It would be ideal to have at least half the desk sitting on the bracket. Stayed brackets can support a considerable amount of weight, the heavy-duty varieties can hold upwards of 250kgs. They can be painted over for a custom colour and I would advise the use of Dulux 340g Duramax Metal Primer Spray Paint to ensure a great bond.

 

Please let me know if you need further information or had any additional questions.

 

Mitchell

 

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Established Contributor

Re: What wood to use for a study desk + staining?

Thanks a lot for the reply there Mitchell that was super helpful!

 

I've attached some photos of the bed head and drawer. 

Cheers

107478388_356823301953260_9133780992475144956_n.jpg107065993_2594143484019682_3250461967071024591_n.jpg74895979_1144517139250142_9065601687438296002_n.jpg

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Bunnings Team Member

Re: What wood to use for a study desk + staining?

@prvz27

 

Firstly I'd like to address that this is a distressed look stain applied over pine and not just a solid coating of stain. The different layers of growth rings have absorbed a varying amount of stain which is creating this look. Were you going to attempt to get the same distressed look or just colour in a similar tone? To get something with this effect you would need to use solid timber and not finger jointed project panels. Project panels are small pieces of timber glued together. You can see the growth rings on this 600 x 18mm x 1.2m Pine Utility Panel which would be more suitable. You would need to build the coats of stain up slowly, as you will cover over the rings completely if you use a heavy coat.

 

Most of those project panels are fairly neutral in colour and much lighter than what you want to achieve. Colour-wise I'm liking the look of 2200 x 600 x 26mm Acacia Solid Oiled Hardwood Project Panel, however, it already comes with an oiled finish. The oil will prevent the stain from penetrating the timber and would need to be sanded off with 240grit sandpaper first.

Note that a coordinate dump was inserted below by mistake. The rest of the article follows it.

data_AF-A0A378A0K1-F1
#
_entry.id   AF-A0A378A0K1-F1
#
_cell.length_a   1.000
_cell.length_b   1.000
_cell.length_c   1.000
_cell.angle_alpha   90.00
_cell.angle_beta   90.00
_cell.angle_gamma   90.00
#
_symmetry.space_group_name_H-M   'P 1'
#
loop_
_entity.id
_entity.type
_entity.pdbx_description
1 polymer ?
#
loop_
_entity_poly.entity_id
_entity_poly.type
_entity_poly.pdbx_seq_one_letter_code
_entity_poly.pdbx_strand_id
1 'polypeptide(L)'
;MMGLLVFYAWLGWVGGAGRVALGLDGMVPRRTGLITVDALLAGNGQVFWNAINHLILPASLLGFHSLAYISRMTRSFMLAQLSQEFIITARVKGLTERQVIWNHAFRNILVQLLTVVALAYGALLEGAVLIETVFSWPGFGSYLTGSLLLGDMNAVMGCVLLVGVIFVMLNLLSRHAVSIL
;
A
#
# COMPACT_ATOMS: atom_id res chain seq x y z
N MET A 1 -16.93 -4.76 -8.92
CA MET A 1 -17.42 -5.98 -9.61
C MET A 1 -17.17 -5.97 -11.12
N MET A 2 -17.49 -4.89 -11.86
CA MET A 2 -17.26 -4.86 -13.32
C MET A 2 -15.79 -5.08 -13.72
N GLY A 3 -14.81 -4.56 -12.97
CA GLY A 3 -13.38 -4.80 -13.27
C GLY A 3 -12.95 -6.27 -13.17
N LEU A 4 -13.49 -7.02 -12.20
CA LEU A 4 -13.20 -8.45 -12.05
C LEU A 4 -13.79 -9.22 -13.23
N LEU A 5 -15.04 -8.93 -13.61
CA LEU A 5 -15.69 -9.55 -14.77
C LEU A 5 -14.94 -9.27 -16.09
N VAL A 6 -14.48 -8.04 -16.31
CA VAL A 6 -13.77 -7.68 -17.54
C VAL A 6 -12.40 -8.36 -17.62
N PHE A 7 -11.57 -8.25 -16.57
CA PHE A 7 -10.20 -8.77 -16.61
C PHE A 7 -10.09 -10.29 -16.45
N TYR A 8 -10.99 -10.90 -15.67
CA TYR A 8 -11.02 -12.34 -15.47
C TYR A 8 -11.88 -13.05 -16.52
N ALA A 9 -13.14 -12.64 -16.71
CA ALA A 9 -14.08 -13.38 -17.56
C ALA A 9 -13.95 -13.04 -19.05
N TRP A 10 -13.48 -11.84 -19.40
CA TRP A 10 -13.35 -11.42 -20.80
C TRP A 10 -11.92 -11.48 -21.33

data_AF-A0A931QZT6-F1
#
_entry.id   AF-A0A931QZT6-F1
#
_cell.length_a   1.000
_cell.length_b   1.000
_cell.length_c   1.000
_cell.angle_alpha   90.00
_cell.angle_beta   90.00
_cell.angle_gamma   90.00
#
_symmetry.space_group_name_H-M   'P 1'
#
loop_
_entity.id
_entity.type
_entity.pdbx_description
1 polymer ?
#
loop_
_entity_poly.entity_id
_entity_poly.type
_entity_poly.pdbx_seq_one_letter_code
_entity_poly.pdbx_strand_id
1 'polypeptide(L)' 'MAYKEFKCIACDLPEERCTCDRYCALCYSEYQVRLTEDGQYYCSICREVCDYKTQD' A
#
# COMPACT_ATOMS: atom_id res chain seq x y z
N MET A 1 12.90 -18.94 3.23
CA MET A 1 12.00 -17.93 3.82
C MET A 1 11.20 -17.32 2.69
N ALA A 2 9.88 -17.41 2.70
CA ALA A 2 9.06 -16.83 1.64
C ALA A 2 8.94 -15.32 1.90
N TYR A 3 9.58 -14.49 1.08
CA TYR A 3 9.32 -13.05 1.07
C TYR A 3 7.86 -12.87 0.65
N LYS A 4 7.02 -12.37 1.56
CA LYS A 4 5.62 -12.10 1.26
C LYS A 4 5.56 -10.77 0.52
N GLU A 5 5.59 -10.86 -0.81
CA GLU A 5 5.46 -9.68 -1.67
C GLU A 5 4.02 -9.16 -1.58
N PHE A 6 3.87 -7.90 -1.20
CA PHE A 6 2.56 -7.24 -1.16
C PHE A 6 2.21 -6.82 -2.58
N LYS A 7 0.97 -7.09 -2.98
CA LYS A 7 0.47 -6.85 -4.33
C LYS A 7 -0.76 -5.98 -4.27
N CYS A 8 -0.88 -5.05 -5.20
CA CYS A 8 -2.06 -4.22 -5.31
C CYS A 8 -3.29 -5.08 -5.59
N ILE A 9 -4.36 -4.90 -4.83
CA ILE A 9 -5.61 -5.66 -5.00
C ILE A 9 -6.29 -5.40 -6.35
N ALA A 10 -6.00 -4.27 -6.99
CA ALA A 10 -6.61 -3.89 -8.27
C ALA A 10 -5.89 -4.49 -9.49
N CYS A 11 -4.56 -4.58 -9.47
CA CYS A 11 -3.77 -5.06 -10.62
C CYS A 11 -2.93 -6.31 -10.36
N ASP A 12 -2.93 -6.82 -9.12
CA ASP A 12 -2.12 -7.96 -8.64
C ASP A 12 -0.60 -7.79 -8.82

You can apply a stain on any of those project panels from the Feast Watson's colour chart below. Brown Japan is coming fairly close to the correct colour, but several coats of the oak might do as well

 

Mitchell

 

 

 

 

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Re: What wood to use for a study desk + staining?

I am just after a similar color tone, not concerned at all with the distressed look Mitchell. I did have a look at the Acacia and really liked it, but I feel I can get a bit closer to the colour tone of the bed head. 

So would you say choose from a Beech, Oak, Hevea or Ash and then stain would be the way to go from there?

Cheers

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Re: What wood to use for a study desk + staining?

@prvz27,

 

Certainly, I can recommend any of those to start with as they are all quality timbers in neutral colours. Just make sure to build the stain coats up slowly, once you put too much on you can't go back easily. I would apply a small amount on a rag then dab that on another rag to remove excess and start to apply even coats trying not to concentrate on any one area for too long.

 

Please keep us updated on your progress and we are always here to provide assistance anytime you need it.

 

Mitchell

 

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Re: What wood to use for a study desk + staining?